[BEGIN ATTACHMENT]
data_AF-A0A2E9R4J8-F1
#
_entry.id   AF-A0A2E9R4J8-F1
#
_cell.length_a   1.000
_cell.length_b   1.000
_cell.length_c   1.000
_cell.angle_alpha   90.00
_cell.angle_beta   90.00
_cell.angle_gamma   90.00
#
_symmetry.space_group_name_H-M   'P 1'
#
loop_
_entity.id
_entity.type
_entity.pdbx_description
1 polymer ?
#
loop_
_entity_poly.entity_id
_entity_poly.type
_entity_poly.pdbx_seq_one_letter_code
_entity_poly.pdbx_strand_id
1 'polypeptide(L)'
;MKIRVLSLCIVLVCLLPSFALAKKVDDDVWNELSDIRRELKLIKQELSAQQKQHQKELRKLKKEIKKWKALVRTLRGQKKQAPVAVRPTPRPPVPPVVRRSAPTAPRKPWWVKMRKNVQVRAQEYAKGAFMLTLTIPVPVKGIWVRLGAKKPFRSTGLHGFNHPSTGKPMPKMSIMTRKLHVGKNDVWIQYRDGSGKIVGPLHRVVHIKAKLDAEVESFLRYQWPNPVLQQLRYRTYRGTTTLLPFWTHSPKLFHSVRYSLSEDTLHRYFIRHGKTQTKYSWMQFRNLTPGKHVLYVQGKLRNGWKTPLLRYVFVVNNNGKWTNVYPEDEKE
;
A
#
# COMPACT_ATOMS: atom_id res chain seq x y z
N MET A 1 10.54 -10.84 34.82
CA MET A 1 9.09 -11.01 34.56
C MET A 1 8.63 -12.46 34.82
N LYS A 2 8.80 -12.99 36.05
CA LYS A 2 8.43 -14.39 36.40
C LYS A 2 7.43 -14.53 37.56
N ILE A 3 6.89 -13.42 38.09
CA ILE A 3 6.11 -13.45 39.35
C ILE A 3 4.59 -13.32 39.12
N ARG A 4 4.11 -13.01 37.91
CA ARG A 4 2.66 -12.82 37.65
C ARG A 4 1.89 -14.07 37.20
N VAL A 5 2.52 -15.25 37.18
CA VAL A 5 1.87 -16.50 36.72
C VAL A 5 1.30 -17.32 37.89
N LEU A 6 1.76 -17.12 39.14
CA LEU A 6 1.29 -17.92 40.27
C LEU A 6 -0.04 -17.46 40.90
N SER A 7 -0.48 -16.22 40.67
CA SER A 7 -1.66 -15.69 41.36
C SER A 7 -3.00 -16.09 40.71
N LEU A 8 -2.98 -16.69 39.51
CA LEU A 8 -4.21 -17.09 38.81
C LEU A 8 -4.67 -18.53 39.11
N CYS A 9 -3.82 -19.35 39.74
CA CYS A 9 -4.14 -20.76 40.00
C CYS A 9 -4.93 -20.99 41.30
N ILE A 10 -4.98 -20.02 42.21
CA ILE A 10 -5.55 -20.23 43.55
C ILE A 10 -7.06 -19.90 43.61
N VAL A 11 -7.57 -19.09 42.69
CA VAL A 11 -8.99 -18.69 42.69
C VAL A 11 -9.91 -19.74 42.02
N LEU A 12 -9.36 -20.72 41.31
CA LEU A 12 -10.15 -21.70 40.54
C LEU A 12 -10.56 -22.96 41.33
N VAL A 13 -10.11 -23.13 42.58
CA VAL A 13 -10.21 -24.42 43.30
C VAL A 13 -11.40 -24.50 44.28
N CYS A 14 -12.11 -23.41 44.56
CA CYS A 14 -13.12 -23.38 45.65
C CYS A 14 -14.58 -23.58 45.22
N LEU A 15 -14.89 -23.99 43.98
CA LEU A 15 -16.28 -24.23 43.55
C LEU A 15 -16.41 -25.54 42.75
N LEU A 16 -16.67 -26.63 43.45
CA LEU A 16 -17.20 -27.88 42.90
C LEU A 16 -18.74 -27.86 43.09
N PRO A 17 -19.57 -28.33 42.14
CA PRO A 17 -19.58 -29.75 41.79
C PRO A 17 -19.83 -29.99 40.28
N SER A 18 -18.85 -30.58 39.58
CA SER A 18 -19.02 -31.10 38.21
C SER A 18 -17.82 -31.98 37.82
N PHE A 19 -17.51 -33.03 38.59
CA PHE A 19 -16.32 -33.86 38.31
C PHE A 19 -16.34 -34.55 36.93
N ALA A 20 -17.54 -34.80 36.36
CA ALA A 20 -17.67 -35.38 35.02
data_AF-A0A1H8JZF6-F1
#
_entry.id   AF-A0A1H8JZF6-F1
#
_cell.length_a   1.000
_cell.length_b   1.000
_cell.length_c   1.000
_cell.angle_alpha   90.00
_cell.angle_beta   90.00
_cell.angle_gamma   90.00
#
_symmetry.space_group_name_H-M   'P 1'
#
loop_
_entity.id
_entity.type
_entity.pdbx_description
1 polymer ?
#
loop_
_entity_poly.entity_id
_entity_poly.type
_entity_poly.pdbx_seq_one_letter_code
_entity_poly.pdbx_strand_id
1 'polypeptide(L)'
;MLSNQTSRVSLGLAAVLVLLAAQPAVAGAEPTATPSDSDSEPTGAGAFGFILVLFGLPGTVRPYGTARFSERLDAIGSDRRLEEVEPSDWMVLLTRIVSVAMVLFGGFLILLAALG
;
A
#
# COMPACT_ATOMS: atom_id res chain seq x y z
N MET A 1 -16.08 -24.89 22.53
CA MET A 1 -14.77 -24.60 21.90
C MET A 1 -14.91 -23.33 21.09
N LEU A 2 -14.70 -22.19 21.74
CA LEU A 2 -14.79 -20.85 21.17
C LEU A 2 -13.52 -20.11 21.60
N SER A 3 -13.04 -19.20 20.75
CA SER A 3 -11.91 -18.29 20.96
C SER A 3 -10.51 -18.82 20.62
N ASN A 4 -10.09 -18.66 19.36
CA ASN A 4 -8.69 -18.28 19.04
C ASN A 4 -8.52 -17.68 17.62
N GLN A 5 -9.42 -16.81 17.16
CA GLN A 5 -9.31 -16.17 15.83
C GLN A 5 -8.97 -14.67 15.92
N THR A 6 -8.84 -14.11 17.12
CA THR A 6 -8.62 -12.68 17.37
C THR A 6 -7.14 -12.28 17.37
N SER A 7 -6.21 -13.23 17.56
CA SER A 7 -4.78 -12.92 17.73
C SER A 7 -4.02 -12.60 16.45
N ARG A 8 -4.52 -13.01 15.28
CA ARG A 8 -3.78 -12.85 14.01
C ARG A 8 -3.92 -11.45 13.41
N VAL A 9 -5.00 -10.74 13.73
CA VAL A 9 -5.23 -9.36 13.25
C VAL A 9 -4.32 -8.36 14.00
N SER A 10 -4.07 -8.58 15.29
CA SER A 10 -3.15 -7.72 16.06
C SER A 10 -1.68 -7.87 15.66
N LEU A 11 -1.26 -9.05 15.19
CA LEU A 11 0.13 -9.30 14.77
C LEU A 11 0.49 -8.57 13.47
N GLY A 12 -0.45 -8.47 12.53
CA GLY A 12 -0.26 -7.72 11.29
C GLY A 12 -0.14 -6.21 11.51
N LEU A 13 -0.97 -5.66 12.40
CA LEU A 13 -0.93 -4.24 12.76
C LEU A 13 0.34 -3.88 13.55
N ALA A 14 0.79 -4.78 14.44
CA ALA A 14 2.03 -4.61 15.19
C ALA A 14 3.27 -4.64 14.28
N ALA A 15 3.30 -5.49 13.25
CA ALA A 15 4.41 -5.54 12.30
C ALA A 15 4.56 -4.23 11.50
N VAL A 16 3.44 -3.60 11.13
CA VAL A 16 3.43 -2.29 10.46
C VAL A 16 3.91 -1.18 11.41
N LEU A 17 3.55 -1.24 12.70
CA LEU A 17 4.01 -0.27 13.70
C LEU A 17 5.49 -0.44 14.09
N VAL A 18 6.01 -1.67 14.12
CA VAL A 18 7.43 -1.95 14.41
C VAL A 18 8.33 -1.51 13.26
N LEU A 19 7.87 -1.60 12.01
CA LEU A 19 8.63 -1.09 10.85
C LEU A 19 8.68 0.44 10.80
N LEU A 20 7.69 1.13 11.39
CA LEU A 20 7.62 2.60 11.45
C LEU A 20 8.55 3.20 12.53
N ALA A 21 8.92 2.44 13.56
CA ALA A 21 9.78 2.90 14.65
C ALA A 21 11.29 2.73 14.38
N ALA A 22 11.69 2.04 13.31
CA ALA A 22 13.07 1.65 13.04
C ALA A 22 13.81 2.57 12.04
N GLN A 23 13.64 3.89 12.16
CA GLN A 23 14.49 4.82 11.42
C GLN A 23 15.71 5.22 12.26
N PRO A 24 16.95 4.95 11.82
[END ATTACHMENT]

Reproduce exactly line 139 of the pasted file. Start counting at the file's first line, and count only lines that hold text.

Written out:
CA SER A 7 -4.78 -12.92 17.73